4. Lagboltz

    Lagboltz Well-Known Member

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    Of course people like their own reps. They always represent their state with pork, but they miserably fail when they squabble in a group in congress.
     
  5. grumpy

    grumpy Active Member

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    I think that's what i said.. He made a statement about how popular Obama is an how hated Congress is. I was making the point they are pretty popular with their own.. As far as squabbling, they are suppose to have different opinions..
     
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  6. dogtowner

    dogtowner Moderator Staff Member

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    And if he were running for anything it would matter. Pointing out that his term in office will have produced nothing is hardly ranting.
     
  7. PLC1

    PLC1 Moderator Staff Member

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    It's more than having different opinions. It's being partisan to the point that Congress is dysfunctional and unable to come up with a compromise that helps the nation more than the party.
     
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  8. grumpy

    grumpy Active Member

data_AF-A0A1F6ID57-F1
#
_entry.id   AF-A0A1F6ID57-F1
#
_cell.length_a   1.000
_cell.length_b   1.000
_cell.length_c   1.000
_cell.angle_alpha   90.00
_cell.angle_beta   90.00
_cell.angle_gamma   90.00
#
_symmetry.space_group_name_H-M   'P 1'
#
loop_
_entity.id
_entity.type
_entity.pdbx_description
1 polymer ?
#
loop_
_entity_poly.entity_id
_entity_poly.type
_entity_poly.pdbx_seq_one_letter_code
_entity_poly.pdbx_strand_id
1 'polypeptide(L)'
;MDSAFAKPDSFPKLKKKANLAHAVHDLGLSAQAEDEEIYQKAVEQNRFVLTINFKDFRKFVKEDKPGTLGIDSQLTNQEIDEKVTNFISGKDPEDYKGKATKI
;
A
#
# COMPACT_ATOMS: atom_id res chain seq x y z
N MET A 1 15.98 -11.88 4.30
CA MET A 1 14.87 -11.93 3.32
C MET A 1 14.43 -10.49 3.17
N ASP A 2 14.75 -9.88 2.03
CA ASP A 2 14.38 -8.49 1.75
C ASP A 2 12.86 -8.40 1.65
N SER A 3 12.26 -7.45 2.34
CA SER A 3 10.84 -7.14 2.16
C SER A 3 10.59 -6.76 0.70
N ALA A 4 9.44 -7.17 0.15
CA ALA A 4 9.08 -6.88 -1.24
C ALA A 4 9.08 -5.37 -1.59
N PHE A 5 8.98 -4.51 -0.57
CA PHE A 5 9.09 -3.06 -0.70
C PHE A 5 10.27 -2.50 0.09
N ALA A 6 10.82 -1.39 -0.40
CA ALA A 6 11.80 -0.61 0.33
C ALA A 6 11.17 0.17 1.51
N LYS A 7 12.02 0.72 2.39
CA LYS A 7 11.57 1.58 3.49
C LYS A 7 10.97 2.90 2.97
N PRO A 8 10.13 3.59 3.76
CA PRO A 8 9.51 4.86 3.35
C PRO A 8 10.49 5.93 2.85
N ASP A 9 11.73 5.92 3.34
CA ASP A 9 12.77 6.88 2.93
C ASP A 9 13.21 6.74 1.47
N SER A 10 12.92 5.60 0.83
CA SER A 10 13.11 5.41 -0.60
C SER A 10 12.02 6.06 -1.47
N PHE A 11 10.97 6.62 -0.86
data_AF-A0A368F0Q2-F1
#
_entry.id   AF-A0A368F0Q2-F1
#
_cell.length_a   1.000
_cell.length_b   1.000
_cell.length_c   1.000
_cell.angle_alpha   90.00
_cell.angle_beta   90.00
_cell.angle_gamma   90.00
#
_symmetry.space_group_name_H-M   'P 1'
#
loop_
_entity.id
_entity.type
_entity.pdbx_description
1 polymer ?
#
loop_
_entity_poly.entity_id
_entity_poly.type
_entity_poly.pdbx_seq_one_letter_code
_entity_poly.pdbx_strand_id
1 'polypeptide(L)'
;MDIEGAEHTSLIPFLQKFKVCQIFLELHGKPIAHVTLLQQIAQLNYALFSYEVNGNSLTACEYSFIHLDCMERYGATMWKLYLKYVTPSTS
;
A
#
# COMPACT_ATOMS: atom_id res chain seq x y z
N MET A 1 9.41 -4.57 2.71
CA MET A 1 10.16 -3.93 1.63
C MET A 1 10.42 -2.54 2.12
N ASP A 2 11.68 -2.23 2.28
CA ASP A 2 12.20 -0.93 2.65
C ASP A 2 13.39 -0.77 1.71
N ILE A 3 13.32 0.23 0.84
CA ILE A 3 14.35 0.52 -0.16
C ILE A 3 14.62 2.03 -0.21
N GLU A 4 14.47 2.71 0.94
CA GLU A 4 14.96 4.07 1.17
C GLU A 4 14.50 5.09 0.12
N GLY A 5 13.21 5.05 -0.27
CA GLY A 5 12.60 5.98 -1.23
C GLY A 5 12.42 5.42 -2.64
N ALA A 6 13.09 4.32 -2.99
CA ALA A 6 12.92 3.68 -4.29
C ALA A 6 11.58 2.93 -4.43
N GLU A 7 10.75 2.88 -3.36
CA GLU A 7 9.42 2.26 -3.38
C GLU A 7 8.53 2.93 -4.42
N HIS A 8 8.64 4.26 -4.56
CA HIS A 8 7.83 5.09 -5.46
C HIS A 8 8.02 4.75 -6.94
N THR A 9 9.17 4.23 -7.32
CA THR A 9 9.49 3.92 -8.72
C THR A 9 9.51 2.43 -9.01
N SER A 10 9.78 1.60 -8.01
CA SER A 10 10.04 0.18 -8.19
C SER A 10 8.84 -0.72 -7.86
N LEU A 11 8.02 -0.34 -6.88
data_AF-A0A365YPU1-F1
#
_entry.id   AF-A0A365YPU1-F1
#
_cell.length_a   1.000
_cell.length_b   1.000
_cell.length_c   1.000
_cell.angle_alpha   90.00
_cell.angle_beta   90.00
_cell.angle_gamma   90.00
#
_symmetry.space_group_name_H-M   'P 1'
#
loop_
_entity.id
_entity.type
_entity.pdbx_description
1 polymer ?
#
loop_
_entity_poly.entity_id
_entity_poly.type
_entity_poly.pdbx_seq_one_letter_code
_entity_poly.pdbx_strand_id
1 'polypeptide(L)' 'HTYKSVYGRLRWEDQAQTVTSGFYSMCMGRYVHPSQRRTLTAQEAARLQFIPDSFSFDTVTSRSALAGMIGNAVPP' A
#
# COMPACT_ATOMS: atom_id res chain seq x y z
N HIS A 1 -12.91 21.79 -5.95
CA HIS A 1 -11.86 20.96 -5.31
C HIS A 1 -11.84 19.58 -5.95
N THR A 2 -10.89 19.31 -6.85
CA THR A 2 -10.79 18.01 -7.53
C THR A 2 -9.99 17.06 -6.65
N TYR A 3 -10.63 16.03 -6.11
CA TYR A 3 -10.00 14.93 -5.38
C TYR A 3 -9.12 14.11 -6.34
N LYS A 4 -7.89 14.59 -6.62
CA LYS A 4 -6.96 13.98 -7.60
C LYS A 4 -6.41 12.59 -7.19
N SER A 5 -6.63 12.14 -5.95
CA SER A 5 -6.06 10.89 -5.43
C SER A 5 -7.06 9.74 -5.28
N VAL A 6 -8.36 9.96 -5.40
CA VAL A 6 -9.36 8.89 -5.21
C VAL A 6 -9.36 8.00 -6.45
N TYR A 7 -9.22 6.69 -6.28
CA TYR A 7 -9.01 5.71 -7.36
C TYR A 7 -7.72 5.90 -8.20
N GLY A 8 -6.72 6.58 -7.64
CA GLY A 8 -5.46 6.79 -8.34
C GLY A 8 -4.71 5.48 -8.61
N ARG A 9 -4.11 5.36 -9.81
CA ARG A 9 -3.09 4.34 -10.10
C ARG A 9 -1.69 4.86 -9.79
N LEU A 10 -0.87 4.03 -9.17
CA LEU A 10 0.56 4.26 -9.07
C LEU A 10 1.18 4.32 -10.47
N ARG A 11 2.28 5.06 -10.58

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    On things that matter, I want my Congressman to be hard headed to the point of not giving in.. But I agree sometimes you have to give a little to get a little..
     
  9. grumpy

    grumpy Active Member

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    And then there is this..http://www.nbcnews.com/id/29861648/...ll/t/how-tax-burden-has-changed/#.WEBNTLIrKUk I agree with most of this , But how far should we go to tax the creators of jobs?
     
  10. PLC1

    PLC1 Moderator Staff Member

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    Politics is the art of compromise.

    Lately, it seems to be a lost art.
     
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  11. Lagboltz

    Lagboltz Well-Known Member

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    In your OP you said,
    "As BO finds himself needing to turn his farewell foreign victory tour into a save face campaign"
    All I'm saying is that he doesn't have to "save face." He has a majority approval. I was never arguing whether it mattered or not.
     
  12. Lagboltz

    Lagboltz Well-Known Member

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    Exactly. It seems that compromise is a bad word to them.
     
  13. dogtowner

    dogtowner Moderator Staff Member

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    And all am saying is that approval rating are a meaningless metric for someone no longer in politics. Legacy is all that remains and his ain't looking good.
     
  14. dogtowner

    dogtowner Moderator Staff Member

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    If that which the other side of the aisle wants has demonstrated it cannot work, why would you compromise ?
     
  15. Old_Trapper70

    Old_Trapper70 Well-Known Member